Also consider the value you might gain by presenting the answers to some of your earlier questions as contextual elements in the same picture. For example, looking at coverage ratios such as average sales per person might reveal under-staffing on Tuesdays, while Mondays and Wednesdays might reveal the secret for just the right amount of coverage.

If you’re interested in finding more ideas for providing context to your performance measurement, try this list to jump-start your thinking:

    • Review Frequency. Should sales or production data be reviewed weekly or even daily? Or should you focus on staff training or a marketing campaign that will take a quarter or more to play out? Different elements are meaningful at different reporting frequencies.

Magazines have editorial calendars; we recommend your performance measurement system has a calendar too. Don’t waste time preparing and reviewing information just so the report looks the same each time. Your team will understand weekly, monthly, and quarterly schedules.

    • Is your information for learning or for monitoring? For example, are you split-testing a concept of marketing, management or financial investments to see which method works better? Are you learning whether a new idea or process is viable or more successful than the old way? Or are you monitoring for problems with service, product defects, or unintended consequences of the new sales compensation plan? Match your measurements and presentation to what you need to know.
    • Are relationships more important than measurements? If you need to see how differing inputs change results, don’t force yourself to use your imagination. Show it all in a single picture, then use your energy to figure out what to do about it instead.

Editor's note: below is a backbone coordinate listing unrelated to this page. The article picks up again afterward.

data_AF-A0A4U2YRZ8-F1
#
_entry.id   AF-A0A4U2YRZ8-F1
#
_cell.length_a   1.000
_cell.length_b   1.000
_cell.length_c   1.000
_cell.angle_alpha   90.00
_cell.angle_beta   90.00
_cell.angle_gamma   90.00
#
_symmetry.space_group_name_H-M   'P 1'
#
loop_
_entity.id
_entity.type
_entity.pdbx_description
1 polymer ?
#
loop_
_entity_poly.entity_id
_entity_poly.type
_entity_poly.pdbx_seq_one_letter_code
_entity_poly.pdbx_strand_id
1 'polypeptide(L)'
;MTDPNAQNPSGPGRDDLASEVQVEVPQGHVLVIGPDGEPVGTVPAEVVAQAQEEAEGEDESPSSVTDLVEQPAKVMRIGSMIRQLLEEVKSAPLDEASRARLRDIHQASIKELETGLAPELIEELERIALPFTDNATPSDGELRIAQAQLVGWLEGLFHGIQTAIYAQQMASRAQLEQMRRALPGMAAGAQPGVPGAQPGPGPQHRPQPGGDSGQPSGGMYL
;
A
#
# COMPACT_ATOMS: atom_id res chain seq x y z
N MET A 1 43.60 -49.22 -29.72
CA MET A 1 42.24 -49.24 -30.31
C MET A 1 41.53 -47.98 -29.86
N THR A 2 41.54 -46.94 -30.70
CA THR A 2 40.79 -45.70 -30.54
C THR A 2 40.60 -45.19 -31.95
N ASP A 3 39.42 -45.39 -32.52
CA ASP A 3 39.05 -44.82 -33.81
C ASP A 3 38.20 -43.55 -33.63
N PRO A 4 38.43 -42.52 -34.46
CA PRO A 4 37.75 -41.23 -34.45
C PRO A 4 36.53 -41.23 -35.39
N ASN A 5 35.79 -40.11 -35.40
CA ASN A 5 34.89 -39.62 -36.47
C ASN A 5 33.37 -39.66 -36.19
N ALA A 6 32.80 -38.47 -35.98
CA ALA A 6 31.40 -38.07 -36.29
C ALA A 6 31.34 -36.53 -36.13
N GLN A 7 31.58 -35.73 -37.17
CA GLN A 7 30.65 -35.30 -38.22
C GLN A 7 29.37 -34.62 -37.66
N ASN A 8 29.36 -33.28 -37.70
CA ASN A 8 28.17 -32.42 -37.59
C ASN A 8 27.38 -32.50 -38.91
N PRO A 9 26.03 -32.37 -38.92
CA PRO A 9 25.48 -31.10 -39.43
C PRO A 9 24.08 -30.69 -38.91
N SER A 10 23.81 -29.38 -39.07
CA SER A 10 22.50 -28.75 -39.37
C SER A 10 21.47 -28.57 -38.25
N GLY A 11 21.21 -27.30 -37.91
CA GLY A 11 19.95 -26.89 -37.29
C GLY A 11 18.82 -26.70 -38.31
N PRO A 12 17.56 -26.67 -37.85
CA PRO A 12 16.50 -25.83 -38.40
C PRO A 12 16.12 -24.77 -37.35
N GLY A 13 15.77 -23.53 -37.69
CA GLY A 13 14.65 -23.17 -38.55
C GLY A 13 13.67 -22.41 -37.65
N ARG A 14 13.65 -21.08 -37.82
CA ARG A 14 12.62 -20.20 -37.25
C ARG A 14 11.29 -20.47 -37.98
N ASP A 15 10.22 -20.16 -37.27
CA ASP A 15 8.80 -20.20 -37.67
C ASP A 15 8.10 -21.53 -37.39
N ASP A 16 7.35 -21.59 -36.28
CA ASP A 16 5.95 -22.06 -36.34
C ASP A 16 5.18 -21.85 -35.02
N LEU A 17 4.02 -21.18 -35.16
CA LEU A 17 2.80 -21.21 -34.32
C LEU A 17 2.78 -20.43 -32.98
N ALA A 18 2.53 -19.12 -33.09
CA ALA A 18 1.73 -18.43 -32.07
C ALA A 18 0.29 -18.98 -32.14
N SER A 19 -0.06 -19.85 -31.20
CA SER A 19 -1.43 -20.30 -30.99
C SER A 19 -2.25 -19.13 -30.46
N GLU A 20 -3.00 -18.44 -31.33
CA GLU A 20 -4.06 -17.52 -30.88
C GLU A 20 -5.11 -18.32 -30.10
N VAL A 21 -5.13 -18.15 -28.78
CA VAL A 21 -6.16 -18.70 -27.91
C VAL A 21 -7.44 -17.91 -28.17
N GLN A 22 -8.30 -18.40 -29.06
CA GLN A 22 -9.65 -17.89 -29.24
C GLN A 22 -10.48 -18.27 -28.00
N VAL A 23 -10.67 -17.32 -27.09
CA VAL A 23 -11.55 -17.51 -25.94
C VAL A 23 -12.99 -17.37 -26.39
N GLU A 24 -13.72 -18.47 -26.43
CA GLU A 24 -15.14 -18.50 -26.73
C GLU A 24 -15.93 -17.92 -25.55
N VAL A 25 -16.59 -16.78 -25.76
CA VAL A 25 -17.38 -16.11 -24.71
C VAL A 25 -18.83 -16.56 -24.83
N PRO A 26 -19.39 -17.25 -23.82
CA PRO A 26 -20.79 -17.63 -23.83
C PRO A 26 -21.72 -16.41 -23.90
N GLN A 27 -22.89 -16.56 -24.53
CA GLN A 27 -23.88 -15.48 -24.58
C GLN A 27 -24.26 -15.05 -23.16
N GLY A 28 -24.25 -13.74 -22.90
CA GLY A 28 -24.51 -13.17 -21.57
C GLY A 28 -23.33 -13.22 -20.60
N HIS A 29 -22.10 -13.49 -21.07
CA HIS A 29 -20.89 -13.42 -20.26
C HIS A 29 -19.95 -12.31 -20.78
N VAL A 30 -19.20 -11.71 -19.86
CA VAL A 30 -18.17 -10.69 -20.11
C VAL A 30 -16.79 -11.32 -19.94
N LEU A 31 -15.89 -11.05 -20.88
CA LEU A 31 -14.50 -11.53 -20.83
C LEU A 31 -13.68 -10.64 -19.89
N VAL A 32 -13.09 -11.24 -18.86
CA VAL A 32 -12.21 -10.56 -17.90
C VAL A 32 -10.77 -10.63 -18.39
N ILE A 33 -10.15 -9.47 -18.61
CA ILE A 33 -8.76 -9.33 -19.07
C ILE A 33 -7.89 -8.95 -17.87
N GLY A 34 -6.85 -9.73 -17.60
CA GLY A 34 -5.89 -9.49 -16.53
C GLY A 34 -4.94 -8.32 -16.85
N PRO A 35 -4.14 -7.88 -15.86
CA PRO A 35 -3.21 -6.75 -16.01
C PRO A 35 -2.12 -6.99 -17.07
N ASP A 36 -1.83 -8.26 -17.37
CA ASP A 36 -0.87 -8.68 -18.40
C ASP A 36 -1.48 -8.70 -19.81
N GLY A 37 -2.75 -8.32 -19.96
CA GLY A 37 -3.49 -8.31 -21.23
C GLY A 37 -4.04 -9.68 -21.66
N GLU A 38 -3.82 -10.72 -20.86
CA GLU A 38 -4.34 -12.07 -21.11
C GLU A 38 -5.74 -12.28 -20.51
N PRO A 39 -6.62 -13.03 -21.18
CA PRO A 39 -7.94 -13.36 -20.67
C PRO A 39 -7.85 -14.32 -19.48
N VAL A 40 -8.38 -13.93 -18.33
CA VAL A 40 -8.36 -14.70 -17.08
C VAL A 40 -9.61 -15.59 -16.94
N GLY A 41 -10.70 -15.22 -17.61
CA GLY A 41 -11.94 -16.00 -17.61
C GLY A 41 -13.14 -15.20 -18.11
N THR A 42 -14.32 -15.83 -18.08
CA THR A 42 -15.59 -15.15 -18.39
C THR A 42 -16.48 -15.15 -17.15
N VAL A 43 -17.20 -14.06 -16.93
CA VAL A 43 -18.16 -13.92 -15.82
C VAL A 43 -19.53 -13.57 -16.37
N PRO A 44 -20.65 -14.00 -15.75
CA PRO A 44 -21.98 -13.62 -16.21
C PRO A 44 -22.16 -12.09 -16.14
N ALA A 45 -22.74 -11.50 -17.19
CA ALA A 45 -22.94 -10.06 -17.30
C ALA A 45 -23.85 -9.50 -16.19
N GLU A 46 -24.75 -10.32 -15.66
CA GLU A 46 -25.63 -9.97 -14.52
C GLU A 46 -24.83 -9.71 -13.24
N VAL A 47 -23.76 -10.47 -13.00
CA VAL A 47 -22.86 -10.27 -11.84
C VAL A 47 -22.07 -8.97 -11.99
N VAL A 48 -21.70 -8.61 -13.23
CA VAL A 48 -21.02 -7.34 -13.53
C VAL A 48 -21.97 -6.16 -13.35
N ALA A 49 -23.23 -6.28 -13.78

• What should you compare it to? Planned results, planned inputs, or what you forecast as results for that level of input? For example, if one 727 has 10% lower fuel efficiency for the same weight as another, will United want to pull that plane in to improve its performance? Or if your sales team has 1,800 leads, will you be more interested in knowing that you that you closed 215 of them, or that your close rate increased 7.5% over the typical 200 you’ve closed in the past?
    • Would it be more meaningful to show relationships to sister elements? In the sales lead example above, if you’ve closed 7.5% more sales, is it important also to show that sales shifted to products with lower profitability? In a changing economy, product preferences often change, which often changes your productivity and efficiency priorities, too.
    • Is it useful to show projected results? In sales, showing projected results from your current pipeline of opportunities can provide early-warning and manage the shift of work between building relationships and closing deals.

Vetting your measures for context can make the difference between a performance measurement system that’s interesting, and one that drives results. Will you make the investment to improve your results?

Letters with Context:

Now are you able to look away and write the series of letters flawlessly? Did you experience a sense of relief as you were able to let go of trying decrypt the message and focus on the meaning instead? And why is IBM the only for-profit on this list?

Note: We’d like to credit Naomi Robbins, Ph.D. for the cycle plot demonstration. See Naomi’s web site for a tutorial on creating your own cycle plots in Excel.